Budesonide-formoterol as needed superior to terbutaline in mild asthma: The SYGMA trial

Originally Published By 2 Minute Medicine®. Reused on Clinical Advisor with permission.
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1. In patients with mild asthma, use of the inhaled combined corticosteroid (ICS) and beta agonist budesonide-formoterol as needed was superior to terbutaline as needed with respect to electronically recorded weeks of well-controlled asthma.

2. While budesonide-formoterol as needed was inferior to twice daily budesonide maintenance therapy with respect to weeks of well-controlled asthma, there was no significant difference in rates of exacerbations.

Evidence Rating Level: 1 (Excellent)     

Study Rundown: Low symptom burden and sporadic nature of exacerbations often make adherence to ICS maintenance therapy challenging in patients with mild asthma. When this produces over-dependence on short-acting beta agonists (SABA) for symptom relief, airway inflammation goes untreated and patients are at risk for future exacerbations. In the SYmbicort Given as needed in Mild Asthma (SYGMA) trial, efficacy and safety of budesonide-formoterol (a combination ICS and beta-agonist) on an as needed basis was comparted to both the beta-agonist terbutaline as needed and with maintenance budesonide plus terbutaline as needed. The primary endpoint, superiority of as needed budesonide-formoterol to terbutaline with regard to electronically recorded weeks of well-controlled asthma, demonstrated a greater percentage of weeks with asthma control over a 52 week period for budesonide-formoterol patients. However, budesonide-formoterol was inferior to budesonide maintenance therapy with regard to weeks of well-controlled asthma (secondary endpoint).

A strength of this randomized, double-blind, 52-week, parallel group trial was the long duration, which allowed reliable assessment of asthma exacerbations. The study also used a 2-4 week run-in period to collect baseline data and ensure subjects required step 2 asthma treatment. Though the high rate of adherence in the trial allowed appropriate comparison with budesonide maintenance therapy, it limits the generalizability to the real-world population where adherence rates may be lower.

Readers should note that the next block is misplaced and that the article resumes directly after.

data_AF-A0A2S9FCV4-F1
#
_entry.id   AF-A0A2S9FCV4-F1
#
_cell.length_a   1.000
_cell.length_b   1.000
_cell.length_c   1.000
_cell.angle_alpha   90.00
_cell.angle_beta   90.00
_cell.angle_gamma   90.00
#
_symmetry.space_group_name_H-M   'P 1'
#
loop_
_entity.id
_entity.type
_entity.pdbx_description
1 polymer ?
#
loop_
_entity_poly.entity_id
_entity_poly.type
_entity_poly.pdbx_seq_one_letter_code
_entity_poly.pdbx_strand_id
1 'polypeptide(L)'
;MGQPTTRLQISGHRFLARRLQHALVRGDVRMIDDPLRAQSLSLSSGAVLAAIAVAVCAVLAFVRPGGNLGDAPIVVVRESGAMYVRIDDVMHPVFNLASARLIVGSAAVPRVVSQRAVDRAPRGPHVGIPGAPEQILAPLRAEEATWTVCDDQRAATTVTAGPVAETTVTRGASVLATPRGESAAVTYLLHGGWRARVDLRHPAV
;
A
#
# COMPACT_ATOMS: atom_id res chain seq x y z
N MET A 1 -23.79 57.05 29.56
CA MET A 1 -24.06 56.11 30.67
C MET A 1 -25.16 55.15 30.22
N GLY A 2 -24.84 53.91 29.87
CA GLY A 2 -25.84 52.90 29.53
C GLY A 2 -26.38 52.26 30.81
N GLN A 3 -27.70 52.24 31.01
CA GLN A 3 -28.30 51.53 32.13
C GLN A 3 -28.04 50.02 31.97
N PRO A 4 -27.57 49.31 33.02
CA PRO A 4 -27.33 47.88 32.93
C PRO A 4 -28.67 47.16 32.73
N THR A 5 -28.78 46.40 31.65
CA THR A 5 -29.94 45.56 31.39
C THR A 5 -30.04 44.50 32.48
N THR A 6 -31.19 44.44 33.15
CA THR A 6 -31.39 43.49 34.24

Click to read the study, published in NEJM

 Relevant Reading: Daily versus as-needed corticosteroids for mild persistent asthma

In-Depth [randomized controlled trial]: This was a phase III, double-blind, parallel-group, multicenter trial that randomized 3849 patients to twice daily placebo plus budesonide-formoterol (200 mg of budesonide and 6 mg formoterol) as needed (n = 1279), twice-daily placebo plus terbutaline (0.5 mg) as needed (n = 1280), or twice daily budesonide (200 mg) maintenance therapy plus terbutaline (0.5 mg) as needed (n = 1290). Eligible patients were 12 or older and had clinically mild asthma. Patients with exacerbations or long-term poor control were permitted to receive additional open-label treatment with twice daily budesonide (200 mg) at the investigator's discretion. The primary endpoint was to demonstrate superiority of budesonide-formoterol as needed compared to terbutaline as needed for asthma control, measured by electronically recorded weeks with well-controlled asthma over a 52-week period. Secondary endpoint included noninferiority of budesonide-formoterol to budesonide maintenance therapy, rates of severe exacerbations and time to the first severe exacerbation, and Asthma-Control Questionnaire-5 (ACQ-5) score.

Patients in the budesonide-formoterol as needed group had well-controlled asthma 34.4% of weeks, compared to 31.1% in the terbutaline group (odds ratio [OR], 1.14; 95% confidence interval [CI], 1.00 to 1.30; p = 0.046). This percentage was inferior compared to budesonide maintenance therapy (34.4% vs. 44.4%; OR, 0.64; 95%CI, 0.57 to 0.73). Budesonide-formoterol resulted in a 64% lower rate of severe exacerbations compared to terbutaline (annual exacerbation rate, 0.07 vs. 0.20; rate ratio, 0.36; 95%CI, 0.27 to 0.49) and also the time to the first severe exacerbation (hazard ratio [HR], 0.44; 95%CI, 0.33 to 0.58). Neither rates of severe exacerbations nor time to first exacerbation differed significantly between budesonide-formoterol as needed and budesonide maintenance therapy. Differences in the change in the ACQ-5 score were in favor of the budesonide-formoterol group compared to terbutaline, and in favor of budesonide maintenance compared to budesonide-formoterol. Adverse events were more frequent in the terbutaline as needed group, but there were no notable differences in the side effect profile between treatment groups.

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